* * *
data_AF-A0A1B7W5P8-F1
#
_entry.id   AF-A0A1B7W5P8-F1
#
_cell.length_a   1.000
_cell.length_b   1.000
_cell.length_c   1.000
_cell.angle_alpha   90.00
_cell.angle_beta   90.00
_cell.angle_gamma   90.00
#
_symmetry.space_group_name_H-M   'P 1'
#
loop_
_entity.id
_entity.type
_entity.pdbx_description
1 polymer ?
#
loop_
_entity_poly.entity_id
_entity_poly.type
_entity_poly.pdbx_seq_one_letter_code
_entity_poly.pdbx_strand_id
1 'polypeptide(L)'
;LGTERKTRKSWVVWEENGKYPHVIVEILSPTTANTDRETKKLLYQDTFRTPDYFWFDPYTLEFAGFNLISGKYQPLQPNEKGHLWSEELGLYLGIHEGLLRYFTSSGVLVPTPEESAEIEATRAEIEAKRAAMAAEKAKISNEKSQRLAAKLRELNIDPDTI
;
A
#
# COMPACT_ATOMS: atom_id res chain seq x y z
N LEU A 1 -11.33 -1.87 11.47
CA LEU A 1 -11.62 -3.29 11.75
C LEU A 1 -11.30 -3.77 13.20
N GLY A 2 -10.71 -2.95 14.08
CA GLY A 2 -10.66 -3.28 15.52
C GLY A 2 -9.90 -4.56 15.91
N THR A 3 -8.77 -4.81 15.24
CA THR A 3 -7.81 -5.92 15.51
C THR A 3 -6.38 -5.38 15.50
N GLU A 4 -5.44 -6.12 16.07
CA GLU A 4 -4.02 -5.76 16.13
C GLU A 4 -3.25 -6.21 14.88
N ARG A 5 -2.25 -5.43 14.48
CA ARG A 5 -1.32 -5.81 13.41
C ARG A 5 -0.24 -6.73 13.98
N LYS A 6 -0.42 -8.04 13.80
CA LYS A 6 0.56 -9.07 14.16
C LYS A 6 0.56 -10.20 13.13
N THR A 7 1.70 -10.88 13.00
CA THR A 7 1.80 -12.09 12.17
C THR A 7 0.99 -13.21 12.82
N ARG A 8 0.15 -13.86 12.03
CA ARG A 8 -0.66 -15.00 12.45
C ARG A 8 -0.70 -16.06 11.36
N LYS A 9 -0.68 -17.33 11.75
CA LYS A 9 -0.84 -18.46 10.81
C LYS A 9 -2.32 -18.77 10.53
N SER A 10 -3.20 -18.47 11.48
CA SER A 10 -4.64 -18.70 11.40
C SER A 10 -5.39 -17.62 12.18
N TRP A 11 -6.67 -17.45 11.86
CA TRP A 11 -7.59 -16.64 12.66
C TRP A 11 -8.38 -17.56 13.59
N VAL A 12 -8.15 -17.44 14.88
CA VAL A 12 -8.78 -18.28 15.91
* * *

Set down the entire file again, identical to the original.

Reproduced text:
data_AF-A0A1B7W5P8-F1
#
_entry.id   AF-A0A1B7W5P8-F1
#
_cell.length_a   1.000
_cell.length_b   1.000
_cell.length_c   1.000
_cell.angle_alpha   90.00
_cell.angle_beta   90.00
_cell.angle_gamma   90.00
#
_symmetry.space_group_name_H-M   'P 1'
#
loop_
_entity.id
_entity.type
_entity.pdbx_description
1 polymer ?
#
loop_
_entity_poly.entity_id
_entity_poly.type
_entity_poly.pdbx_seq_one_letter_code
_entity_poly.pdbx_strand_id
1 'polypeptide(L)'
;LGTERKTRKSWVVWEENGKYPHVIVEILSPTTANTDRETKKLLYQDTFRTPDYFWFDPYTLEFAGFNLISGKYQPLQPNEKGHLWSEELGLYLGIHEGLLRYFTSSGVLVPTPEESAEIEATRAEIEAKRAAMAAEKAKISNEKSQRLAAKLRELNIDPDTI
;
A
#
# COMPACT_ATOMS: atom_id res chain seq x y z
N LEU A 1 -11.33 -1.87 11.47
CA LEU A 1 -11.62 -3.29 11.75
C LEU A 1 -11.30 -3.77 13.20
N GLY A 2 -10.71 -2.95 14.08
CA GLY A 2 -10.66 -3.28 15.52
C GLY A 2 -9.90 -4.56 15.91
N THR A 3 -8.77 -4.81 15.24
CA THR A 3 -7.81 -5.92 15.51
C THR A 3 -6.38 -5.38 15.50
N GLU A 4 -5.44 -6.12 16.07
CA GLU A 4 -4.02 -5.76 16.13
C GLU A 4 -3.25 -6.21 14.88
N ARG A 5 -2.25 -5.43 14.48
CA ARG A 5 -1.32 -5.81 13.41
C ARG A 5 -0.24 -6.73 13.98
N LYS A 6 -0.42 -8.04 13.80
CA LYS A 6 0.56 -9.07 14.16
C LYS A 6 0.56 -10.20 13.13
N THR A 7 1.70 -10.88 13.00
CA THR A 7 1.80 -12.09 12.17
C THR A 7 0.99 -13.21 12.82
N ARG A 8 0.15 -13.86 12.03
CA ARG A 8 -0.66 -15.00 12.45
C ARG A 8 -0.70 -16.06 11.36
N LYS A 9 -0.68 -17.33 11.75
CA LYS A 9 -0.84 -18.46 10.81
C LYS A 9 -2.32 -18.77 10.53
N SER A 10 -3.20 -18.47 11.48
CA SER A 10 -4.64 -18.70 11.40
C SER A 10 -5.39 -17.62 12.18
N TRP A 11 -6.67 -17.45 11.86
CA TRP A 11 -7.59 -16.64 12.66
C TRP A 11 -8.38 -17.56 13.59
N VAL A 12 -8.15 -17.44 14.88
CA VAL A 12 -8.78 -18.28 15.91